Are you looking for gifts for DnD players? This list will be helpful whether or not you actually play DnD, however some gifts are more universal than others. We will be outlining which gifts could be specific to which type of DnD player. Some things to find out before you go shopping would be:
- Do they DM (Dungeon Master) or are they a player?
- Do they play online or in person?
- Do they use a battlemap and miniatures or are they a “theater of the mind” group?
- Do they use printed books or an online game manager like DnDBeyond?
- Do they have any favorite DnD Podcasts?
Now that you have (very sneakily) rooted out all the necessary information, let’s get into gifts.
Top 10 DnD Gift Ideas
Dice are a universally awesome gift. Nobody can ever have enough dice and a really nice set of dice is something that most people don’t typically buy right off the bat.
Bag of Holding – Amazon – $29.99
The Bag of Holding is a great option as it is thematic and comes with all the dice any party could want. This comes with a nice felt bag and 140 acrylic dice that are guaranteed to form 20 full sets of d4, d6, d8, d10, d00, d12, and d20.
Metal Dice – Die Hard Dice – $30-$50
Die Hard Dice make some reaaaaally nice looking, feeling, sounding, and smelling dice. If the person you are buying for has a simple set of acrylic dice, they will likely be over the moon to receive a set of quality metal dice. Be warned, these dice can scratch the surfaces they are rolled on. If you are going to buy metal dice I would highly recommend a dice rolling tray.
If you want to know more about the ins and outs of dice before making a purchase, be sure to check out our article Are All DnD Dice Created Equal?
2. Published Core Rule Books and Supplements
Core Rule Books
DnD has a set of prebuilt rules from it’s creator Wizards of the Coast. Most groups will have (or need) the Dungeon Master’s Guide, the Monster Manual, and the Player’s Handbook. If the person you are buying for is playing in a group that already has these books but doesn’t own them themselves, they can still make great coffee table books.
These books, like the core rulebooks, are published by Wizards of the Coast. These supplements, however, do not contain core rules but rather ways to expand your games. In order, we recommend purchasing:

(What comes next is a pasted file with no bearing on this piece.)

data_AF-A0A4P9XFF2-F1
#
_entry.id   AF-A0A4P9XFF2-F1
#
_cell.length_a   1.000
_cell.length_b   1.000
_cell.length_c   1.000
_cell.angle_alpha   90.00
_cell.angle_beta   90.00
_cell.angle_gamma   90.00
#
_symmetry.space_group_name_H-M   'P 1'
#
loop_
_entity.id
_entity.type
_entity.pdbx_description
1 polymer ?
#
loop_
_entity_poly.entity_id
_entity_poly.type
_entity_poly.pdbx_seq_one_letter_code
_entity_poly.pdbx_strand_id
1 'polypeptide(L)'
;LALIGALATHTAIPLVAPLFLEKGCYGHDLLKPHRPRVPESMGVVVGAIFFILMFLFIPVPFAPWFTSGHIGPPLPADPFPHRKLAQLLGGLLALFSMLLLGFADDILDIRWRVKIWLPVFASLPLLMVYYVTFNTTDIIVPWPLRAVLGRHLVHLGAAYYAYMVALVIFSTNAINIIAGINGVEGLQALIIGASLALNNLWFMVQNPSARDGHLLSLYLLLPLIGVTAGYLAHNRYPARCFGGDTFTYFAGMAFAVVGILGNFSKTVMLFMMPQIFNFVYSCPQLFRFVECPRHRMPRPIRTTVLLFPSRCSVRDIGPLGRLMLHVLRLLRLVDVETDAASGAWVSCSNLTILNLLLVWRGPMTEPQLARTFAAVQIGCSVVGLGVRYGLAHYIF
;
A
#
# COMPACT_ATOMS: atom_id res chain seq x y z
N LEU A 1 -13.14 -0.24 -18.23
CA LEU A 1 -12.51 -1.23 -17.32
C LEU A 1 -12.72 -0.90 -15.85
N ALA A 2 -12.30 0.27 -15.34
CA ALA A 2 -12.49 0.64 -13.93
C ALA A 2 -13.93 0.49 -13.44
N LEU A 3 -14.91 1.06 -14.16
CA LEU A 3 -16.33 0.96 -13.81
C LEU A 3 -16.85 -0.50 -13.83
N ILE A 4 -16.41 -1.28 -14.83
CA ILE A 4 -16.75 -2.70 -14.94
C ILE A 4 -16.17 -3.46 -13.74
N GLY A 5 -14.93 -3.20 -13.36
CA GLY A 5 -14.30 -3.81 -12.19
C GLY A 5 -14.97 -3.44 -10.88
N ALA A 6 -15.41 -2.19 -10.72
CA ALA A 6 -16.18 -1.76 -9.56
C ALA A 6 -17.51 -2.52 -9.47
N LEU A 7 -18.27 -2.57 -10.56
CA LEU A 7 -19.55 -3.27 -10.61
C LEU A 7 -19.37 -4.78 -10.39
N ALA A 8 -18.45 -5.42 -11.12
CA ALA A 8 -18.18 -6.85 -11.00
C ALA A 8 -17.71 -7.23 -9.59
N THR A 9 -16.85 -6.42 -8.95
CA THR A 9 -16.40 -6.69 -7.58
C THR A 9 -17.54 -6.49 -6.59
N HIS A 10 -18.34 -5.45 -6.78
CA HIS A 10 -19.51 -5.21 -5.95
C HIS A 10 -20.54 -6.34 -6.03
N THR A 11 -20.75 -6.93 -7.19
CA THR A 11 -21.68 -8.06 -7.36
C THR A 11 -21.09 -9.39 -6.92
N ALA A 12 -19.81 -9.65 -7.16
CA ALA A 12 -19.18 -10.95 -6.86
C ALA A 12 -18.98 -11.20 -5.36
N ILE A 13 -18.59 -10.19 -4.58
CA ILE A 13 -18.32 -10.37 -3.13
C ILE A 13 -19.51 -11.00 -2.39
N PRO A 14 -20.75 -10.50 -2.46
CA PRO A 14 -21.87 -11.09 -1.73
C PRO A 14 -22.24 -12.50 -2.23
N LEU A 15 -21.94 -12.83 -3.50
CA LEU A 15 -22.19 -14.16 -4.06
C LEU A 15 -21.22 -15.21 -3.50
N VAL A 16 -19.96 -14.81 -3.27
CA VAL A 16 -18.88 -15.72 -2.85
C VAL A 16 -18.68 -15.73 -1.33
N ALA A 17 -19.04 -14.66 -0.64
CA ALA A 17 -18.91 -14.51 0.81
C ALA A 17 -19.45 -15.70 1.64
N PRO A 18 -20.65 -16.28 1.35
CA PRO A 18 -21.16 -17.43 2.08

- Xanthar’s Guide to Everything – Wonderful collection of additional classes, spells, magical items, and rules. If the person you are buying for is a long term DM or player that doesn’t have this book, they will LOVE it.
- Sword Coast Adventurer’s Guide – The Sword Coast Adventurer’s Guide is a valuable resource for any DM. It contains a plethora of new settings, subclasses, and spells.
- Volo’s Guide to Monsters – Explore the breadth of D&D’s monsters in this immersive 224-page volume filled with beautiful illustrations and in-depth monster lore. This book is great for DMs or people that can’t get enough lore. As a whole, it contains a lot more character options and mid-range monsters than Mordenkainen’s.
- Mordenkainen’s Tome of Foes – Another great monster supplement. This one goes more into depth on monsters already available in the Monster Manual, so it is a great resource to flesh out your world. It also contains quite a few high challenge rating monsters for those final boss fights.
Keep in mind that these Supplements are recommended purchases for experienced groups only. Also, if you aren’t sure which books the person you are buying for has, it would be best to stay away from these.
3. Dice Rolling Trays
Dice rolling trays are a great gift idea for any DnD player. If they have never played with one before, their dice rolling is about to get a lot easier. If they already have one, there are plenty of ways to upgrade.
There are three main tiers of Dice rolling trays:
Honestly, I’m a sucker for a DIY dice rolling tray. I think that handmade gifts are usually the most meaningful and these trays can come in so many shapes and sizes that anybody can make one.
This will eventually take a full blog article of its own, but here are two great ideas for a DIY dice rolling tray:
The easiest way to whip up a dice rolling tray is to head to Michaels (or any other craft store) and look for any vaguely rectangular shaped, pine box. From there, pick up some nice felt and maybe some paint and voila! You’ve got yourself a nice rolling tray for under $10.
Hollowed Out Book